the state of things
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And at last, the school holiday wound its way to a conclusion
by Douglas Lindsay - 20:39 on 06 September 2008Hot day in Warsaw. Two days until the (pathetically abbreviated) first day of school. The gargantuan school holidays are almost over. When this summer holiday started, a pint of beer cost 2’6, the Arctic ice shelf was still an ice shelf, (rather than just a shelf), Edward Heath was Prime Minister, and everyone thought that Sarah Palin must be related to Michael, rather than being a gun-wielding, Washington-bound ubermum, who always seems to hit a brick wall when naming one of her kids. Since school ended, the continents have drifted significantly further apart, the Himalayas have risen by another fifty feet, and empires have collapsed. (Well, the Georgian empire has collapsed, at any rate.)
The parent/kid divide has grown a little over the last few months. There have been highs, (such as when we were on a plane, travelling at 30,000ft, which is pretty high) and lows; the occasion when The Parent Currently Known As Mum and I were left bound and gagged by the children in the basement, while they ran an illegal trade in firearms from the front room, comes to mind.
However, at last, the endless cycle of swimming and cinema, of junk food and desperate attempts at times table revision, is almost over. Days of seven hours of freedom loom large, and even the baking sun which is turning the great central European plain into a desert as I write, cannot detract from the impending feeling of escape. Like George Harrison freed from the constraints of working with The Beatles, and Greta Garbo being able to use her voice in a movie, finally I - along with all the other parents at the school - will be able to get back to what we do best. Hanging out in each others’ kitchens, drinking vodka and bitching about our kids and their teachers. Heady days lie ahead.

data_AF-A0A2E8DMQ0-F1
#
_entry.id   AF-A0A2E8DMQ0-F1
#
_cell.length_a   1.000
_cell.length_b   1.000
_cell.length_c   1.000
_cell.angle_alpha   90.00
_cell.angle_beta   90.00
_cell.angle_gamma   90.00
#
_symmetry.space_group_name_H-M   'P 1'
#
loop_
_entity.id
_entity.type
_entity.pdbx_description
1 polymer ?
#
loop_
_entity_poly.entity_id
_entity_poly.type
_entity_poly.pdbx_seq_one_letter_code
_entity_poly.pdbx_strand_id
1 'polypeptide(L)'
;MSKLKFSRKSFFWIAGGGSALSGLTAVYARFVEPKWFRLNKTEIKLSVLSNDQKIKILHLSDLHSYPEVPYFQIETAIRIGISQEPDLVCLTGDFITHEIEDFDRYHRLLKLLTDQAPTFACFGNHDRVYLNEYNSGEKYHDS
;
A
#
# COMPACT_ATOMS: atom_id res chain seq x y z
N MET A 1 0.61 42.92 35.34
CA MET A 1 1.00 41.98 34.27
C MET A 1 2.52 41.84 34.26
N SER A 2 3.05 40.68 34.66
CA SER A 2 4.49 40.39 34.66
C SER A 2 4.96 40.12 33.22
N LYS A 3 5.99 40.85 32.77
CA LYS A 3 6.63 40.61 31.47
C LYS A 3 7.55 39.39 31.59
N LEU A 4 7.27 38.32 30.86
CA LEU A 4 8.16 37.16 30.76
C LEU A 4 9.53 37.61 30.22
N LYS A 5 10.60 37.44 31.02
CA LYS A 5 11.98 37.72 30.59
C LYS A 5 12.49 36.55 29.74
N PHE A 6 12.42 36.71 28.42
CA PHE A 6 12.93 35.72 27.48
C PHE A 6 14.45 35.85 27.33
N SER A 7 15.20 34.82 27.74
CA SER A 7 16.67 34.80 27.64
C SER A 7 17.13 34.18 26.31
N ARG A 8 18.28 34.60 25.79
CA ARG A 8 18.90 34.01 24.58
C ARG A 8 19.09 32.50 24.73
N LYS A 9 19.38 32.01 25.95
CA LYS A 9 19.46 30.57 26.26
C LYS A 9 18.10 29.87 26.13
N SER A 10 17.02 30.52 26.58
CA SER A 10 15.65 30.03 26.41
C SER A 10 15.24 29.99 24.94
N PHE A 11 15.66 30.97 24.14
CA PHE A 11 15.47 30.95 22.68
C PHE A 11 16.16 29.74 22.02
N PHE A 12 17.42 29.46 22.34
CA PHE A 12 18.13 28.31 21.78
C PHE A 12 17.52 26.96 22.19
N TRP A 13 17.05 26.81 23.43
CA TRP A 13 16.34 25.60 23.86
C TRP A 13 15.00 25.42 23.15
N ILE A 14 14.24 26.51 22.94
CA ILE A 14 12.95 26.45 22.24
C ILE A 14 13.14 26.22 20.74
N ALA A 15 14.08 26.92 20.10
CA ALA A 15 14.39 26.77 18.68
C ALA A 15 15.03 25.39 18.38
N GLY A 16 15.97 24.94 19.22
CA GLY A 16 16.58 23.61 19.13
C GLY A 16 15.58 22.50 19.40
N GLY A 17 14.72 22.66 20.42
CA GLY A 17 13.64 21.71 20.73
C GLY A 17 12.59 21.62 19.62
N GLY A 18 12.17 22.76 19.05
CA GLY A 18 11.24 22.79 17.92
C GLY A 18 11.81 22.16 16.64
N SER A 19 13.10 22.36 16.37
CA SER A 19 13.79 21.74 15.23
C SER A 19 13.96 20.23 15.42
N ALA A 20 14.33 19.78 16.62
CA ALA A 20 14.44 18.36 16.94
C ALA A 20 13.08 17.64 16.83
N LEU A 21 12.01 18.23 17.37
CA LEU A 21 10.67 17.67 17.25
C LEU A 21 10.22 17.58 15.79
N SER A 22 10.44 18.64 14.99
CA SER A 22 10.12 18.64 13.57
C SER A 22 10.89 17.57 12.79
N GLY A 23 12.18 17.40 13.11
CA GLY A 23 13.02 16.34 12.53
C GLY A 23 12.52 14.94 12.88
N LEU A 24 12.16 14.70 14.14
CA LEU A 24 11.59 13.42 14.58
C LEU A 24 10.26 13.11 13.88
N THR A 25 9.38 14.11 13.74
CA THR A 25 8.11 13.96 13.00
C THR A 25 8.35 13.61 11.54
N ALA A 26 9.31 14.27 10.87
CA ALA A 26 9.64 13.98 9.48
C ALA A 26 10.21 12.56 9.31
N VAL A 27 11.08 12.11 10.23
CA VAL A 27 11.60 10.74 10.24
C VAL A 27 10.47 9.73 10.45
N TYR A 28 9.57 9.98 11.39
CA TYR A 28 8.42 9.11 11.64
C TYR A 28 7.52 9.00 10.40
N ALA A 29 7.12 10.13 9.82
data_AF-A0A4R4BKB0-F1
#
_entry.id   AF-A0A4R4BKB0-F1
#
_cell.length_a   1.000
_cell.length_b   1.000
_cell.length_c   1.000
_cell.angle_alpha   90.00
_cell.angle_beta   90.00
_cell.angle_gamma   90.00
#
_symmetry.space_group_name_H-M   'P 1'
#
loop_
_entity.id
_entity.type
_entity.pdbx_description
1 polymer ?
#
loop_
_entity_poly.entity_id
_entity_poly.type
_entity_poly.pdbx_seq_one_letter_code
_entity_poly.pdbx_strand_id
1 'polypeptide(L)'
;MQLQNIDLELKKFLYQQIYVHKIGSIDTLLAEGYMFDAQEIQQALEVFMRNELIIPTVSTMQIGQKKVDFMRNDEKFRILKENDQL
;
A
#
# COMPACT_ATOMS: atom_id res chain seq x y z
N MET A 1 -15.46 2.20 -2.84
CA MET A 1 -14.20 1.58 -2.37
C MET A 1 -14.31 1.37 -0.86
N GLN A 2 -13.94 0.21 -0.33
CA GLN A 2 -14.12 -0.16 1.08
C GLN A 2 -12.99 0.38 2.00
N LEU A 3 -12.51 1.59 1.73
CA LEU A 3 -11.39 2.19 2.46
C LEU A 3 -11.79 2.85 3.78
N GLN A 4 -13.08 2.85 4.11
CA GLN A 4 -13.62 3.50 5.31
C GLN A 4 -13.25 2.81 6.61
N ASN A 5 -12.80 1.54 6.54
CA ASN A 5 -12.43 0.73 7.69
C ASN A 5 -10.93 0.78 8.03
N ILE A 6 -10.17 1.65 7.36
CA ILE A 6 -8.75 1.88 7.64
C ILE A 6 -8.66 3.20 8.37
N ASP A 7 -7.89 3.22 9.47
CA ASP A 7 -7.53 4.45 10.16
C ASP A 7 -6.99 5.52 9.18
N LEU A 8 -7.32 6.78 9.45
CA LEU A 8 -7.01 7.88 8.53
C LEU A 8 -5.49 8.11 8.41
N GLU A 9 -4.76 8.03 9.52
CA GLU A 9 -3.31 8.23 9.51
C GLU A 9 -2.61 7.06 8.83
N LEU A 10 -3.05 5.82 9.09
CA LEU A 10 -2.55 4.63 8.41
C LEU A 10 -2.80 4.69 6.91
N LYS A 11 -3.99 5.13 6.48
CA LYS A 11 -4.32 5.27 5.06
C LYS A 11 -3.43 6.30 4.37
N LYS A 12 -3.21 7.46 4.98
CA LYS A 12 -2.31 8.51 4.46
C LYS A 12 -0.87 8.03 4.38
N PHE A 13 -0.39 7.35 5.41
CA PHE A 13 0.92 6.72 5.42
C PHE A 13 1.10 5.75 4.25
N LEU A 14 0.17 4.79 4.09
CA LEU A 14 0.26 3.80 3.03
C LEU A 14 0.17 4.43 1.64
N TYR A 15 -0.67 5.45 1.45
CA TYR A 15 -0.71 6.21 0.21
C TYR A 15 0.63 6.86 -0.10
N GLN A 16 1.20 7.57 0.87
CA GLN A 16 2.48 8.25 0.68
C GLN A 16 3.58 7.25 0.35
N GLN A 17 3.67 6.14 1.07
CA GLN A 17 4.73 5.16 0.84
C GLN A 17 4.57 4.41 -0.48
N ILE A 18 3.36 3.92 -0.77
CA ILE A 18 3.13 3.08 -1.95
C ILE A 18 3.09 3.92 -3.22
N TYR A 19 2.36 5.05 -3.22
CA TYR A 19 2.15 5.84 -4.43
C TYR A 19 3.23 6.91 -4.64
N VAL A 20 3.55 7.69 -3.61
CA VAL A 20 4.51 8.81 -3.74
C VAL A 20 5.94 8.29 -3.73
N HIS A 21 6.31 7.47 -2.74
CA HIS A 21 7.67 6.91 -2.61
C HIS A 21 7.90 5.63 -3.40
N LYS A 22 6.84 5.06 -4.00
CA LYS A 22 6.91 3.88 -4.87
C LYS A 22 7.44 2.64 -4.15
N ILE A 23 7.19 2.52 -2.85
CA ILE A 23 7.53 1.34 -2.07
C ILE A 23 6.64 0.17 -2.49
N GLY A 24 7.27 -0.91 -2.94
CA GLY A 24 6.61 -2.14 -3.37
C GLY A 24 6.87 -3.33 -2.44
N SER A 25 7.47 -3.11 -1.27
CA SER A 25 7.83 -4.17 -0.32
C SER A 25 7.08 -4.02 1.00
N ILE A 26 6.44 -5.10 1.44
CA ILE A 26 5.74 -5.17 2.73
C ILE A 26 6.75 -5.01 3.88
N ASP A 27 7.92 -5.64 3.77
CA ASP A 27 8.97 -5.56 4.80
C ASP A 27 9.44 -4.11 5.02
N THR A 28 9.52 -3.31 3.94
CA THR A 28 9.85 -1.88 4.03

School, of course, has its own annoying rhythms. While the summer holidays bring 24/7, full-on, boredom-plagued, endless days of hell, at least there are no time-crunched, stress-filled mornings, fighting desperately to be out the door by eight, where blood is spilled across the breakfast table and cries of anguish echo up and down the street; there are no screams of anger nor wailing of despair as the parent in charge announces that despite the freezing rain, ice sheet and thick fog, we’ll be riding the bikes to school; there are no lengthy post-school afternoons and early evenings, forcing a non-compliant spawn to sit at the table and do homework which they are absolutely committed to NOT DOING.
At first, however, the long hours of freedom will be worth it, worth all the anger and fighting and tears and visits to A&E. Eventually, hopefully around the last week in October, the time will come to take a break from school, and when the half-term break comes around, we’ll actually need it.
Until then, everyone has to try to accentuate the positive. I have seven hours every day to drink vodka and buy ethnic glassware with international women, while the kids..... Well, the kids get to go to school and do homework every night. Who could ask for anything more?
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